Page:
Formulating Adhesives for Balloon Catheter ApplicationsFormulating Adhesives for Balloon Catheter Applications
The adhesives used in balloon catheter assembly operations must display a range of properties, including, durability and expandability.
January 26, 2015
Adhesives and glues are such common fixtures of everyday life that we tend to take them for granted. But in the medical device world, they must exhibit a precise range of physical and chemical properties while meeting stringent regulatory requirements. Take the case of adhesives used to assemble balloon catheters, for example.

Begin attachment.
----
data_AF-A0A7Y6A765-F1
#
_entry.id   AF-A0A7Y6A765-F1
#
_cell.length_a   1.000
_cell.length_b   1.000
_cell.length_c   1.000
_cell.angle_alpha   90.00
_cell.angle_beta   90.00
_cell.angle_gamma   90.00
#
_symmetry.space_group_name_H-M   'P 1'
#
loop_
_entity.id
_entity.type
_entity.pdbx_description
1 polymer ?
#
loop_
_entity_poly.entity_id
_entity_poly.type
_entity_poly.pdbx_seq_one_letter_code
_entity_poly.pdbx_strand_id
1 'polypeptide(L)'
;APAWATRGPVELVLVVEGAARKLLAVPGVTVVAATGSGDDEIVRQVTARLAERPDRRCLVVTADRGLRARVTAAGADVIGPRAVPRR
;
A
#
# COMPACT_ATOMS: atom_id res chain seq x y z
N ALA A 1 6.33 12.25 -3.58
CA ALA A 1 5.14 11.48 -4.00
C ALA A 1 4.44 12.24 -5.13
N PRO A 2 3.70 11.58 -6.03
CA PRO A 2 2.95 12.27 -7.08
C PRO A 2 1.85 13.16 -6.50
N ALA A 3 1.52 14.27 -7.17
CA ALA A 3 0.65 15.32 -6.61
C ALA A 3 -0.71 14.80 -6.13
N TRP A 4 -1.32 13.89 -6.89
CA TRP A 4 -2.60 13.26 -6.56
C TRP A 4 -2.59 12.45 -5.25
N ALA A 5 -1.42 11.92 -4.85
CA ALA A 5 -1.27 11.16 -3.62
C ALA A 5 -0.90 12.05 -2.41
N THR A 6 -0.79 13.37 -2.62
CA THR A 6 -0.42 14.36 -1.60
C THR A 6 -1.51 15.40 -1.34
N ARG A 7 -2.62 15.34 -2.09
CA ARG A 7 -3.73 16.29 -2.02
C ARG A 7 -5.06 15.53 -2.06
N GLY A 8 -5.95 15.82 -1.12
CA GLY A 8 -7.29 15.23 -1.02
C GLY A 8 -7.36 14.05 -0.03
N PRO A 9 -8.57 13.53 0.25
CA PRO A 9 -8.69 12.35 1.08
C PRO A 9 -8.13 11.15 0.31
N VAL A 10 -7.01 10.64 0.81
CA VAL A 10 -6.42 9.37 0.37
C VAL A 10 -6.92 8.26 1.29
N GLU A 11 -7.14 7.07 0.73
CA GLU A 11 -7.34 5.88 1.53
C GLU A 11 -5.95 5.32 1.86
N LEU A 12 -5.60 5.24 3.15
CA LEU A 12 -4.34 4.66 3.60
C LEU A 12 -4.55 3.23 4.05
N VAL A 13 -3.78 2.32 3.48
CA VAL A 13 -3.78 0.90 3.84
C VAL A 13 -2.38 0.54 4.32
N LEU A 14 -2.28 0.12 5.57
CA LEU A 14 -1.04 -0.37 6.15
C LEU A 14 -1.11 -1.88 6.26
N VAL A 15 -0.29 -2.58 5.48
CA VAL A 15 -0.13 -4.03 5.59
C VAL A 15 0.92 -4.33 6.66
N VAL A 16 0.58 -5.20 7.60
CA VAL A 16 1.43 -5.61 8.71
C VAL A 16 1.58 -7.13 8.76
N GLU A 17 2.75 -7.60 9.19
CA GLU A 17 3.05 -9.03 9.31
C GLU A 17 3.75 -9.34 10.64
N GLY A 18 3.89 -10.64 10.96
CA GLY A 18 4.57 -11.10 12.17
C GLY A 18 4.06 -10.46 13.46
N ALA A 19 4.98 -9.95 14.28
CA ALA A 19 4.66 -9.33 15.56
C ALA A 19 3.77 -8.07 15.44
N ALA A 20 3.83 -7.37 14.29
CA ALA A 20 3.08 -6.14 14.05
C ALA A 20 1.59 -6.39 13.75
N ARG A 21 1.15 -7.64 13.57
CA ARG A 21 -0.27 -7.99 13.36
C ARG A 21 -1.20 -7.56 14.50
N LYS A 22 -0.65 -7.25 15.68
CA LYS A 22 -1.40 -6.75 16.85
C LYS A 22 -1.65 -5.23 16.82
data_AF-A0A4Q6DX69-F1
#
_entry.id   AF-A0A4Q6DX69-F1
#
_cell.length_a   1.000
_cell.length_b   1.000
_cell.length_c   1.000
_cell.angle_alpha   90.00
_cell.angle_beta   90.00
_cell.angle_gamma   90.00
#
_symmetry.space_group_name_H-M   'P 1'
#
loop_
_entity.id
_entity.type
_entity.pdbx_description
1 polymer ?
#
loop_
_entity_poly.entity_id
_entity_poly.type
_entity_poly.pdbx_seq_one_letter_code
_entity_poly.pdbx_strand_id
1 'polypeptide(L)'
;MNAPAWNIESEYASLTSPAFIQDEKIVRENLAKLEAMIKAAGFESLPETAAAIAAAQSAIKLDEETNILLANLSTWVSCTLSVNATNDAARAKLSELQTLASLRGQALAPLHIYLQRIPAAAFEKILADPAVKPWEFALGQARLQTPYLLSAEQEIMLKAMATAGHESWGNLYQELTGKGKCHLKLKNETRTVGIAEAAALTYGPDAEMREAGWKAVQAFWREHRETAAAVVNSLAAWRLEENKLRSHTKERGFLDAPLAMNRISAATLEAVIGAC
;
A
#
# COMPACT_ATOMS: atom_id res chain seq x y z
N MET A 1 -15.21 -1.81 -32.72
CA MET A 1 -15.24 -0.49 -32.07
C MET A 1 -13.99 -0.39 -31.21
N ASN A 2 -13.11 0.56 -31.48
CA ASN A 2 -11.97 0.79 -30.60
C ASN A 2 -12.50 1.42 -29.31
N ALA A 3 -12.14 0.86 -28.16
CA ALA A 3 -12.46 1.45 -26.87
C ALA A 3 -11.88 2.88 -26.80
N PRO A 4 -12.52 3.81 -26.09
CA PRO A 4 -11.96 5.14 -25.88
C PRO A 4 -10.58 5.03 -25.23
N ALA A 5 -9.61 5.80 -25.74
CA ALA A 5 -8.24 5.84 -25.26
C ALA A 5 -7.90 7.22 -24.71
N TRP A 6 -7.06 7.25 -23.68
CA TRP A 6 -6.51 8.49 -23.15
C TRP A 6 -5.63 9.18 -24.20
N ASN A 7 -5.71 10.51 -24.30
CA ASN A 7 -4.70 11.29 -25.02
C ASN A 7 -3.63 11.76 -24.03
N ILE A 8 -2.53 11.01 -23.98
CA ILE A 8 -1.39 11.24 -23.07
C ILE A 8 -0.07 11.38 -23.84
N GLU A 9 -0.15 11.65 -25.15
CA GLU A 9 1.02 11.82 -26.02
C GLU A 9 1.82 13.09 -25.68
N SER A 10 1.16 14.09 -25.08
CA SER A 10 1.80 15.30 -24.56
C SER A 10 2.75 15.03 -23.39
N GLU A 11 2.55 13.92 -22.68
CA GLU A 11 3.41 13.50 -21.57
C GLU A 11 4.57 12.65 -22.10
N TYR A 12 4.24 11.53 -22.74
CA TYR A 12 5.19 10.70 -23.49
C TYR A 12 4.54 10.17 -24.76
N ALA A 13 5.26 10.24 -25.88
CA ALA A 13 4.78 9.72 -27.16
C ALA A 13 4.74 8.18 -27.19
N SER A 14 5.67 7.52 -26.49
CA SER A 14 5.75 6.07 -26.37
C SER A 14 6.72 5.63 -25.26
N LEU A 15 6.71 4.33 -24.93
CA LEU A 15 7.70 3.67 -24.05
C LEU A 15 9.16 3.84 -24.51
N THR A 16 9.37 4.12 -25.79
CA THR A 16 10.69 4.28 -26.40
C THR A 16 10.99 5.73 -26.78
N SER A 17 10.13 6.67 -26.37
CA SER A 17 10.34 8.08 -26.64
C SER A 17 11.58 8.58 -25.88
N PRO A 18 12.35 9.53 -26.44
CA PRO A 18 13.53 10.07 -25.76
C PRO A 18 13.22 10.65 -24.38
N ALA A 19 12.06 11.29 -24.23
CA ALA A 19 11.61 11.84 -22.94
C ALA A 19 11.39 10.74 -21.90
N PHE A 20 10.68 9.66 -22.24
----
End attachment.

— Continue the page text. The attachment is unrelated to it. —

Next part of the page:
Employed in angioplasty, drug-delivery, and other medical device applications, balloon catheters are used during catheterization procedures to enlarge a narrow opening or passage in the body. Situated at the tip of the catheter, the deflated balloon is inflated during a procedure to perform its function and deflated again when it is removed from the passage. Because they expand and contract, balloon catheters are consequently subject to a range of stresses and elongation requirements, giving rise to the need for assembly adhesives that enable the device to remain intact under pressure.
Flexible but Durable Adhesives
The adhesives used to bond balloons to guidewire lumens must be able to securely hold the balloon in place while allowing it to flex and withstand a strong peel force during inflation.